Thursday, June 30, 2011

How Many Things can Credo Do Wrong in One Billing Cycle Without Actually Phishing?

My latest cell phone bill is here. Yippee. But these folks did so many things wrong that I think I just have to say something. If I call them, they won't listen (actually, Credo might), so I'll write it up here where they almost certainly won't listen.

First, this is from the e-mail informing me that my bill is ready:

Nothing strange here, except when I click on the "sign in" link (something to be done only with care), it didn't take me to Credo Mobile:

Note the URL. Who the heck is I know who it sounds like, and I strongly suspect it's really Credo, but they think it's a good idea for me to click on a link that takes me to a web site I have never before seen, and then provide my login credentials? Credo is training users to fall for phishing attacks.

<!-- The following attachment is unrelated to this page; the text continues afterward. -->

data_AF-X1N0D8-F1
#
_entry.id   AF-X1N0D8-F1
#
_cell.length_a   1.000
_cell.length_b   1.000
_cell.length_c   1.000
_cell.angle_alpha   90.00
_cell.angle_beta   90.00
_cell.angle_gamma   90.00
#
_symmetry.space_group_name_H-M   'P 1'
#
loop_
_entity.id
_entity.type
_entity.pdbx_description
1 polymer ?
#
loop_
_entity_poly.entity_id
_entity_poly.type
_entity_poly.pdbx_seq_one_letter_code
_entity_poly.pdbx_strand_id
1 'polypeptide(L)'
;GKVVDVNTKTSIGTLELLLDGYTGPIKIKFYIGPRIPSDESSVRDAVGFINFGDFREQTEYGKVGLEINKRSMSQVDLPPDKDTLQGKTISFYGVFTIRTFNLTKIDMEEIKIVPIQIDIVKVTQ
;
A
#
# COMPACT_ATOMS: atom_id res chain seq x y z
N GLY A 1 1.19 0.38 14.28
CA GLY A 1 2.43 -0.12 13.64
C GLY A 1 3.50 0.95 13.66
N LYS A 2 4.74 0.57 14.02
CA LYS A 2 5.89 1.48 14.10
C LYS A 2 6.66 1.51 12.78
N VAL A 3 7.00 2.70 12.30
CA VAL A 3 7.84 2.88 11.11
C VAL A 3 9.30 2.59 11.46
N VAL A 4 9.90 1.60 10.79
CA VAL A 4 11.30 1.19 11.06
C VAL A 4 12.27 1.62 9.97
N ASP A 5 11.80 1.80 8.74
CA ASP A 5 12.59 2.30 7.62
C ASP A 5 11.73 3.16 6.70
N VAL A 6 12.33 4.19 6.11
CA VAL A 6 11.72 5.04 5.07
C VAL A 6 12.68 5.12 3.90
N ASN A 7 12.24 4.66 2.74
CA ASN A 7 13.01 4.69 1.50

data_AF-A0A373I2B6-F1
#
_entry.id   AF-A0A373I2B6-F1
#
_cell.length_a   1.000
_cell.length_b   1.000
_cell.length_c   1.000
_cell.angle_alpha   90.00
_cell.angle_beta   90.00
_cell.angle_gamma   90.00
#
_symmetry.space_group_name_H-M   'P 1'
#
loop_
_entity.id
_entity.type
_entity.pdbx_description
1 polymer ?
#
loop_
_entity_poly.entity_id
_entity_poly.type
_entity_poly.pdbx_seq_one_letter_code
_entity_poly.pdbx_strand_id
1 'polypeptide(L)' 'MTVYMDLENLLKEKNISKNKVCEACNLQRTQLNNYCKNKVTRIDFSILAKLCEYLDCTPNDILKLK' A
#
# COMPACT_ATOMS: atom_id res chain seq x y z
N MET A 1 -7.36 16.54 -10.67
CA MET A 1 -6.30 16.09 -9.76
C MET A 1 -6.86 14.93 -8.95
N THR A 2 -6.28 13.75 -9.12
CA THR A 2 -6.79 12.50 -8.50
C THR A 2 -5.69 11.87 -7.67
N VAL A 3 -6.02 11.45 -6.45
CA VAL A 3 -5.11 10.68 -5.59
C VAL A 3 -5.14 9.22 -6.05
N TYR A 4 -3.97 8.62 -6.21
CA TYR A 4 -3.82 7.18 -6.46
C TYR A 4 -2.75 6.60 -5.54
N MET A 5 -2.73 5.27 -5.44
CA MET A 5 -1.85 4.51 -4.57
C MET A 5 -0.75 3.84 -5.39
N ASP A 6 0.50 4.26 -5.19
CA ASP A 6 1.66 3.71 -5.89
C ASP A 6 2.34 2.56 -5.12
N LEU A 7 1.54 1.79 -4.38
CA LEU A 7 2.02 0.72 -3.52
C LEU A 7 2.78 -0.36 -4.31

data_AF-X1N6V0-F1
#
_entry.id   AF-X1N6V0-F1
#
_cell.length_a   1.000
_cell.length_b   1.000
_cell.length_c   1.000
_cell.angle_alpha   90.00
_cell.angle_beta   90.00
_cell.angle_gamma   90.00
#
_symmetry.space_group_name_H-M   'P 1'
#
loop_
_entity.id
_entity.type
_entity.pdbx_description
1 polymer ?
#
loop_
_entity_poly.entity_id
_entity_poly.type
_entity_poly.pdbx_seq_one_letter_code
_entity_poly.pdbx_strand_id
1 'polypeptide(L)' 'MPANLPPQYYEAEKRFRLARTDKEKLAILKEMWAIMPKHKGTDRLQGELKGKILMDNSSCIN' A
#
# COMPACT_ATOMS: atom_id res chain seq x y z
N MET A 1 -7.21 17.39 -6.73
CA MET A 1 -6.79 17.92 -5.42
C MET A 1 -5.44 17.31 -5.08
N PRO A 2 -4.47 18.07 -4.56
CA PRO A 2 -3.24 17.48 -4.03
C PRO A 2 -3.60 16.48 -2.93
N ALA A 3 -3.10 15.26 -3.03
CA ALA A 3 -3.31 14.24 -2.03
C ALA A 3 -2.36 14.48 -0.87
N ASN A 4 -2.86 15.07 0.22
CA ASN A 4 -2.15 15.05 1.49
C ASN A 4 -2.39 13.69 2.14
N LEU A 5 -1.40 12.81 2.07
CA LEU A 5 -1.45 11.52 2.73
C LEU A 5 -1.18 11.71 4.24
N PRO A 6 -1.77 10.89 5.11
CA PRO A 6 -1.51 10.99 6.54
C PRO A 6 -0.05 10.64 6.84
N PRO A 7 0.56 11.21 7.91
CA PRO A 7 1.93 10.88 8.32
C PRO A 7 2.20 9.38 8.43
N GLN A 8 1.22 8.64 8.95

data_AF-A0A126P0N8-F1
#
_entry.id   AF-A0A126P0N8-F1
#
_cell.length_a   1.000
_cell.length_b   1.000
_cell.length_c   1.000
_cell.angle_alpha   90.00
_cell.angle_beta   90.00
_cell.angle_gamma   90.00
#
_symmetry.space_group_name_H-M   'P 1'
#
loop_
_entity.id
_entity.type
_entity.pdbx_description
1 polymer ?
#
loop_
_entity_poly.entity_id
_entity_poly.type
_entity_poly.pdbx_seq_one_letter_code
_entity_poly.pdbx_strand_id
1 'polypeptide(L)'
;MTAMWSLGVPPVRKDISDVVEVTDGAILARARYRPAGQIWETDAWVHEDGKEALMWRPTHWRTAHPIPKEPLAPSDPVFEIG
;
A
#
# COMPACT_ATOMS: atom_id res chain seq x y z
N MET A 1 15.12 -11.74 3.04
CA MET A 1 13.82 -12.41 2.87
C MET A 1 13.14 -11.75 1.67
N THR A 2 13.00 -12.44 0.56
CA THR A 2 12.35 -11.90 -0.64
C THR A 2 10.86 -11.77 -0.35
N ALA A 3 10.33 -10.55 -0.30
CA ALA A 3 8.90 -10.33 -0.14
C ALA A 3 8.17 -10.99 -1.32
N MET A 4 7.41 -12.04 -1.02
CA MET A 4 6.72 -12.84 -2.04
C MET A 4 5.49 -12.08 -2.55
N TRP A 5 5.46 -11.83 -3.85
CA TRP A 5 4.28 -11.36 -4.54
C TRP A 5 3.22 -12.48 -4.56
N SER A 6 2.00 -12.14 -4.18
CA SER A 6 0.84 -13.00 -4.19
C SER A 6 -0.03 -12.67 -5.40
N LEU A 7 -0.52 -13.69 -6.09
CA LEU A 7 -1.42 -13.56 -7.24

Not comfortable with that, I type the correct address into my browser, This is the page I get:

Note the Member Sign-In box at the lower right, and also note that there is no indication in the address bar of HTTPS in use. This amateur behavior is not new to Credo. At least one other outfit that I do online transactions with does this same thing; I'll post on that later. Sites that try to get users to submit passwords seemingly in the clear often have a more secure failure-mode. For example, if I provide my cell number but omit the password, I get here:

That's not really my phone number. Every month I get to see the same error message, but it's worth it to see the green https:// in the address bar before proceeding.

1 comment:

lukeness said...

There's a slightly easier way: Click on Member Services near the upper right corner, then either Personal or Business accounts (whatever applies to you). That brings you to a login page with https.